The last major hurdle to bringing sewer service to four south-end neighborhoods may well have been cleared. Significant opposition failed to materialize, as a period for formal protest to the formation of a Local Improvement District to fund the project ended Friday. Opposition was strongest in the Pleasant Beach neighborhood, where protests hit 30 percent – half the legal requirement to kill the project. On Rockaway Beach, 16 percent of residents lodged protests, with objections hitting 8 percent and 7 percent, respectively, in the Point White and Emerald Heights neighborhoods. Had 60 percent of property owners in any neighborhood objected, the plan would have been abandoned there, although the City Council could lower that threshold. But the numbers appear to make that unlikely.

Drinking and drugging -- Second of two parts

  • Jun 9, 2008 at 4:55PM

Substance abuse on Bainbridge is shaped by island demographics. Wealthy kids have money in hand. Often, both parents work. “BHS is almost like the perfect scenario,” said BHS sophomore “Jared” (not his real name). “There are, like, all these big houses with parents who are gone all the time, and the kids have large allowances.” But the push for suburban perfection also takes a toll, Jared says, and overloaded parents pass the stress down to kids. Depression, substance abuse and eating disorders may result.

Community confronts drinking, drugging -- First of two parts

  • Jun 9, 2008 at 4:55PM

Two Bainbridge High School sophomores, girls who’d been friends since preschool, planned to meet classmates at the Pavilion. The boys turned up with an older friend, and the 19-year-old had brought along a water bottle filled with vodka. Mixed with soda, the taste was smooth, and neither young woman recognized the potency of the hard liquor. Within hours, one was semi-comatose from alcohol poisoning. The near-fatal incident last fall brought together parents and teens involved, culminating Nov. 15 in a public forum by Just Know, a new coalition for parents and youth.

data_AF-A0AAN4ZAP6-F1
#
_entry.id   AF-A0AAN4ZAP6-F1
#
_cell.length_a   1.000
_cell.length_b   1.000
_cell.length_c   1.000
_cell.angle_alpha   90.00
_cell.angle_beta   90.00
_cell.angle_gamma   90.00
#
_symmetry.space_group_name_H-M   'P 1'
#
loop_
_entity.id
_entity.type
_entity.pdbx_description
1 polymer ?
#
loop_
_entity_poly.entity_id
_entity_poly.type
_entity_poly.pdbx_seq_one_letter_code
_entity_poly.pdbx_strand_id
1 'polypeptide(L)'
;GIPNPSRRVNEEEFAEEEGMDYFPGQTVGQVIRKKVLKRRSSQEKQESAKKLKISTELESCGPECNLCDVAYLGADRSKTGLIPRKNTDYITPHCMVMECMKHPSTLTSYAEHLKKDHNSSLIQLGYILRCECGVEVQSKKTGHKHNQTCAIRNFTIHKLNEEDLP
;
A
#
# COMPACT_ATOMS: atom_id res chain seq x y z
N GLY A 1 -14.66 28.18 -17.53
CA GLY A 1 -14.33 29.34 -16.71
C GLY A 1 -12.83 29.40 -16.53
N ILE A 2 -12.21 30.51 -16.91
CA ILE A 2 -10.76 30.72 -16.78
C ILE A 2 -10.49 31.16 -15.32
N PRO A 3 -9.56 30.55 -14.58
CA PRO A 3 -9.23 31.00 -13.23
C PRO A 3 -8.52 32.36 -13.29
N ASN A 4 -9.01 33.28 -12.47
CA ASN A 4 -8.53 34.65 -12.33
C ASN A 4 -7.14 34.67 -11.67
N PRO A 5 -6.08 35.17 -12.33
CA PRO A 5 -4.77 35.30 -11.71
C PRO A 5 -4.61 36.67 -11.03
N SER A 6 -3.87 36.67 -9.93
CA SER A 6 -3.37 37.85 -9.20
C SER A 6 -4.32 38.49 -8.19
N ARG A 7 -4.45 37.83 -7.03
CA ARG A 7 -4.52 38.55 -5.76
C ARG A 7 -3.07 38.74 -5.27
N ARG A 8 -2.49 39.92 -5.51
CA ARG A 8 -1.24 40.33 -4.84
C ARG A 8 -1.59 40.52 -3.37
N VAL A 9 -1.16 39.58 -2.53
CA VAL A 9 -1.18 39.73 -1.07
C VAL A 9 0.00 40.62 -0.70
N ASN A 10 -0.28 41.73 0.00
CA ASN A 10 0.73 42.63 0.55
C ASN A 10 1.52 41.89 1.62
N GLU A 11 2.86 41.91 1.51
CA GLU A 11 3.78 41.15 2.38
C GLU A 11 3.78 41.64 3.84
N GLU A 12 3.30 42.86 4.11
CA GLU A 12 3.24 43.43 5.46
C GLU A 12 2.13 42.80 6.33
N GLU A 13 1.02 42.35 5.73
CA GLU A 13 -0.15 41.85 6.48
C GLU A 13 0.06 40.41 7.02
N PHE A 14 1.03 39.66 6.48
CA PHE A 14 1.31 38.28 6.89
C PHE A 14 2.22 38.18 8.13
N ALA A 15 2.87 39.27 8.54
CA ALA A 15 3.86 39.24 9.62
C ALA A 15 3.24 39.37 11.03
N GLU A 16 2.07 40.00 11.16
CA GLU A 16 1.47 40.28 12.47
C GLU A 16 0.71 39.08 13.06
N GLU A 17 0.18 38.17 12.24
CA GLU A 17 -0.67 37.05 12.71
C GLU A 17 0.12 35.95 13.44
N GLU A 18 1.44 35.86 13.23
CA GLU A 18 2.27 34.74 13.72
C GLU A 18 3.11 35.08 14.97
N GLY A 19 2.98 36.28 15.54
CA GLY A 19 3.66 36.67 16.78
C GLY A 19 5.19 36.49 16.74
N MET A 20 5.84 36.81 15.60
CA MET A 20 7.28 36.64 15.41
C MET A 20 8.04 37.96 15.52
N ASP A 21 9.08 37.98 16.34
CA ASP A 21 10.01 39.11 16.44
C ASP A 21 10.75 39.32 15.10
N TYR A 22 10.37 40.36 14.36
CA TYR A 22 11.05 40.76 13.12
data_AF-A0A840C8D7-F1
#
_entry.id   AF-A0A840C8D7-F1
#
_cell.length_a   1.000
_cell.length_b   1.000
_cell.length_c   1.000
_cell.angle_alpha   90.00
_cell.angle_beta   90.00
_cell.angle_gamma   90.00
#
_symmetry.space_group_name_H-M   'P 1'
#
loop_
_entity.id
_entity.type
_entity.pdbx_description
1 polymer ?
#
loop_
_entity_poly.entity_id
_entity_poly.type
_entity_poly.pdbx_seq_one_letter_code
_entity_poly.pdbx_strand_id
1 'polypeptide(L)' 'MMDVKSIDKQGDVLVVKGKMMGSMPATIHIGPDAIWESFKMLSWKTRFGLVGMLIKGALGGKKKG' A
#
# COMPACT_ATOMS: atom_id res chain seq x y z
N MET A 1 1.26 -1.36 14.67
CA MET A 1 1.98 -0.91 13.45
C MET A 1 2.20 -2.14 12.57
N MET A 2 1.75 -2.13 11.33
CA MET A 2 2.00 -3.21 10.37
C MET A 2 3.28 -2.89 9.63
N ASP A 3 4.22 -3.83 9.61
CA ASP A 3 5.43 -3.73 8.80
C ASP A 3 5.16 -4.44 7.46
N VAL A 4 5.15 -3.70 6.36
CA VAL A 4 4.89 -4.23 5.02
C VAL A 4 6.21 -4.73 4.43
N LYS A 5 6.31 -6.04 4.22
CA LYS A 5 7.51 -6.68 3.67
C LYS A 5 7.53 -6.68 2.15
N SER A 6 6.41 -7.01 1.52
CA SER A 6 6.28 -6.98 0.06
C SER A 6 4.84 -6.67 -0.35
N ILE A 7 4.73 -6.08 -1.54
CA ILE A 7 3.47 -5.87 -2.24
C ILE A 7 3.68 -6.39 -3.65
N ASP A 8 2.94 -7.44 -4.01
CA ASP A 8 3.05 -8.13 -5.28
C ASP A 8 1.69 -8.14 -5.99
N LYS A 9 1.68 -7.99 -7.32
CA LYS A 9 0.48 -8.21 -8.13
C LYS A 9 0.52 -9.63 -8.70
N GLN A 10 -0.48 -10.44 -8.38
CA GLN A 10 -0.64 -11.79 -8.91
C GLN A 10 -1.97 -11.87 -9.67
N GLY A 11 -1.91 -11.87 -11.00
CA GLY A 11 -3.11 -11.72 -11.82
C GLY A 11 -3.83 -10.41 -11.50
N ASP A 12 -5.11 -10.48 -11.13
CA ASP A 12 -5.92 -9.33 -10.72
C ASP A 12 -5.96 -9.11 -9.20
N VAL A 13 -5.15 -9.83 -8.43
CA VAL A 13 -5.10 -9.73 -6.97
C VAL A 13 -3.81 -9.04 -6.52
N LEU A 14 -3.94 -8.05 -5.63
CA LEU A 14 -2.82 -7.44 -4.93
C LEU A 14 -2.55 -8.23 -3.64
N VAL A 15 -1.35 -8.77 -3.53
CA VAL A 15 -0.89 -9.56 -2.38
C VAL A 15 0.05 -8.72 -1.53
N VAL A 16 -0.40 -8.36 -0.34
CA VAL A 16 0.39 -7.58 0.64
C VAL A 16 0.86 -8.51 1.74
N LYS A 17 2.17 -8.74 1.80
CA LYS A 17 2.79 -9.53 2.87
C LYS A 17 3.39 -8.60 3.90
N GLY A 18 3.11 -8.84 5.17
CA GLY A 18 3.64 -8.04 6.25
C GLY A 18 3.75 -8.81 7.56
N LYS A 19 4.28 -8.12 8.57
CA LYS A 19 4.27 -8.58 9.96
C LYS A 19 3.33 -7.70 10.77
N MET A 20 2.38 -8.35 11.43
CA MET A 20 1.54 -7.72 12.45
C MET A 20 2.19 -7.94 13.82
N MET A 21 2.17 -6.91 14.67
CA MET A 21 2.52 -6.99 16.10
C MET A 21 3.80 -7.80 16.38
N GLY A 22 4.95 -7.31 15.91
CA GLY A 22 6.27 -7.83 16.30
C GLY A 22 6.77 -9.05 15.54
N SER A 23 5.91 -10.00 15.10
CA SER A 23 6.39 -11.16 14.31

Tooloee, Llewellyn vault onto council

  • Jun 9, 2008 at 4:55PM

In lopsided votes, political newcomer Nezam Tooloee and former council member Jim Llewellyn claimed seats on the Bainbridge Island City Council in Tuesday’s general election. Tooloee, a businessman and entrepreneur running against environmental activist Arnie Kubiak, earned 63 percent of the island-wide vote to take the council’s new at-large seat. Tooloee earned 4,790 votes to 2,784 for Kubiak, in unofficial final returns. In the more hotly contested council race, voters returned Llewellyn to office just two years after he failed in a re-election bid. Llewellyn claimed 59 percent of the vote to unseat incumbent Michael Pollock in the southwest ward, by an unofficial count of 4,385 votes to 3,068.

Early blaze damages home -- News Roundup

  • Jun 9, 2008 at 4:55PM

A early morning blaze damaged a home near Island Center Monday. Firefighters were summoned at 7:25 a.m. to the 7400 block of Springridge Road, where they found an outbuilding engulfed in flames, with the blaze spreading to the main residence. The fire was extinguished without incident.

Read the latest Green Edition

Browse the print edition page by page, including stories and ads.

Aug 22 edition online now. Browse the archives.